6 Productivity Tips to Avoid Burnout

Burnout isn't just your regular fatigue and lack of energy that will disappear after a good night's sleep and a couple of days off.

It's a complex syndrome bought on by prolonged, unresolved, work-related stress, which renders the affected constantly tired, emotionally drained, mentally exhausted, unmotivated, and unproductive. Another tell-tale symptom of burnout is harboring negative feelings towards one's job and career.

If untreated, burnout can lead to depression, anxiety, as well as affect not only professional but also personal interactions.

The latest survey by Gallup has shown that 23% out of 7,500 respondents report feeling burned out always or very often, while other 44% said they feel burned out sometimes. This practically means that more than 60% of employees suffer from this crippling condition.

Here are some productivity tips to help you avoid becoming a part of this statistic by changing your routine.

1. Learn to Say No

Regardless of what you do and whether you're a full-time employee or a freelancer, it's essential to include this very short word in your vocabulary.

If you always say yes to another meeting, new task, or client, you'll soon be overwhelmed and incapable of staying engaged and productive. Even if you love your job, sometimes you have to draw the line and understand that having some time to yourself and your personal life is more important than anything else.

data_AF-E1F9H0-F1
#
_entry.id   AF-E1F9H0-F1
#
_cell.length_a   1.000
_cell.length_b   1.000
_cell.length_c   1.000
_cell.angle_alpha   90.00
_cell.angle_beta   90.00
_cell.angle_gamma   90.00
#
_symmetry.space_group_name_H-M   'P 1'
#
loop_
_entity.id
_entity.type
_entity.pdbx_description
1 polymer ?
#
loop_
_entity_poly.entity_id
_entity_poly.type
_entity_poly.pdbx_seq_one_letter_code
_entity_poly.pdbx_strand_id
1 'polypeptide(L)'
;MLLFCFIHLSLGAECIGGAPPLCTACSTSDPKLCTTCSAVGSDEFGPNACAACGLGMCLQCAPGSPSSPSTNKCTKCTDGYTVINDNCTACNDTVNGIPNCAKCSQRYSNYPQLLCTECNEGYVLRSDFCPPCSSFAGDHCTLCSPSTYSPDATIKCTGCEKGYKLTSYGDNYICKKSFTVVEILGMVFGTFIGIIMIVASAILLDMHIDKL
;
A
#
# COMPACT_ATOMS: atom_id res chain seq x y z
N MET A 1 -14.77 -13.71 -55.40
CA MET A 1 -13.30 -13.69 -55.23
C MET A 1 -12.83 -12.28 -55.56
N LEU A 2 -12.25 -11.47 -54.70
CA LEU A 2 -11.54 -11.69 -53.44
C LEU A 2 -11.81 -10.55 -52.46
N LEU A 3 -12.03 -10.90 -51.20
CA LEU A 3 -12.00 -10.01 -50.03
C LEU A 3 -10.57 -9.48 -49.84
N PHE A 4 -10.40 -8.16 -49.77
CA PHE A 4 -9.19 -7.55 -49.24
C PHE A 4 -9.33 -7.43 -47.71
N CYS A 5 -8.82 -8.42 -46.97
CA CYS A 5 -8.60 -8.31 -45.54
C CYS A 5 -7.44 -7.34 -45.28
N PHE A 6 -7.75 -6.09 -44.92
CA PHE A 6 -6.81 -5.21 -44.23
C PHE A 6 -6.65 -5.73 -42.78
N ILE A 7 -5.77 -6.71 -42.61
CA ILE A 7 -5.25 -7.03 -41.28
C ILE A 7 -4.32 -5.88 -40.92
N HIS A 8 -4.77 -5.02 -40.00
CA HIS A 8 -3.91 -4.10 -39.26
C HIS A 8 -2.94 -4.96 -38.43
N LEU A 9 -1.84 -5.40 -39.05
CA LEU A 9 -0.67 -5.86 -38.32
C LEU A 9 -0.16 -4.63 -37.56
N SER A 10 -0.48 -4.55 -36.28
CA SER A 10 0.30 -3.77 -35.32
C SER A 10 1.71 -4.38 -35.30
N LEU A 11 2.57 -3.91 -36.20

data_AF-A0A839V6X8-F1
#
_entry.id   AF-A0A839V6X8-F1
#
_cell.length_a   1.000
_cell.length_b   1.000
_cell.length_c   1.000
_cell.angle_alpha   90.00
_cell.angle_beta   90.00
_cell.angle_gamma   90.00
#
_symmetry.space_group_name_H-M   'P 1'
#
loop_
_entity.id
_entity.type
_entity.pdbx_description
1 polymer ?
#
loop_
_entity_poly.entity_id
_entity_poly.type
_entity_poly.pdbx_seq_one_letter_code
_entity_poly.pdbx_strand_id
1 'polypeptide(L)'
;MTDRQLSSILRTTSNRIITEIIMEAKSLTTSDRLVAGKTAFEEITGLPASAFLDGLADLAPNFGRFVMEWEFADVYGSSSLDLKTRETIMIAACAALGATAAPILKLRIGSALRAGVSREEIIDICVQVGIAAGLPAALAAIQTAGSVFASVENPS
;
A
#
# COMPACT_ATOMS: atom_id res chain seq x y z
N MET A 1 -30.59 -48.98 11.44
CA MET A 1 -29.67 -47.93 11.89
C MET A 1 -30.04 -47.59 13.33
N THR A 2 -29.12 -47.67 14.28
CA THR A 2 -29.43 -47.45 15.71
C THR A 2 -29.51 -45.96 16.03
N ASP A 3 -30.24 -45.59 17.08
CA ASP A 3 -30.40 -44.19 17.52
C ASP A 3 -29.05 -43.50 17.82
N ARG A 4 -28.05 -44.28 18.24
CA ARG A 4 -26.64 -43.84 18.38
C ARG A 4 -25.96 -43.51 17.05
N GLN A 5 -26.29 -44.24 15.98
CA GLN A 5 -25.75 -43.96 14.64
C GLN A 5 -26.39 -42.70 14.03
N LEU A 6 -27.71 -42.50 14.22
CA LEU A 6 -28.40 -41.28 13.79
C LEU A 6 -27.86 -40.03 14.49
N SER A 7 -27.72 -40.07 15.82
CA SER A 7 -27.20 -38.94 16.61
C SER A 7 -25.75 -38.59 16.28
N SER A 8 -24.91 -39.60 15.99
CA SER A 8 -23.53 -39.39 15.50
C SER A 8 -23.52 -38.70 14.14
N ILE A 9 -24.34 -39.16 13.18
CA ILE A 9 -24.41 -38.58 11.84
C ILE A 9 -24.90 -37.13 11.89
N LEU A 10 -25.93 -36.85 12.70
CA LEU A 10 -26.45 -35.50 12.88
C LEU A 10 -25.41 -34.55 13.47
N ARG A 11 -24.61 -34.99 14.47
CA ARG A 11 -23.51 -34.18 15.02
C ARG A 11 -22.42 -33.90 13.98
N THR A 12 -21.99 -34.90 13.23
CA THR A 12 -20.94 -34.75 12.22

All the extra workload, working weekends, and new projects will start to wear on you, and your performance will suffer.

It's crucial to prioritize high-value tasks and projects and focus on them.

2. Schedule Your Free Time

Many people tend to take themselves for granted and do not take their own free time seriously.

And that's a big mistake.

When you have to do something or meet with someone, you clear up your schedule and plan your time accordingly, and that's exactly what you should do when it comes to your me-time. Treat it just like it's any other reserved time slot and don't feel bad for not canceling on yourself if something else comes up.

Stick to this plan, and if you're too busy, even a 30-minute break will help you recharge and relax.

This way you'll achieve more than if you work all day.

3. Delegate and Outsource

Asking for help isn't admitting a defeat, and by no means does that mean that you're weak.

So, when you have too much on your plate, don't try to complete all your tasks on your own.

If you're an entrepreneur or a manager, delegate some of the tasks and assign them to the members of your team based on their skills and competences. This will allow you to free up more time for the tasks that directly affect growing your business.

If you're a one-(wo)man-band, and if there's no room in your budget for hiring full-time employees who would be on your payroll, you can always resort to hiring contractors. For example, outsourcing your calls, administrative tasks, customer service, payroll processing, and HR can lift a lot of weight off your shoulders and let you do only the work you enjoy.

4. Exercise

A sedentary lifestyle riddled with stress and fast food can be particularly detrimental for your health, and combined with all the work-related pressure turns you into a ticking time bomb.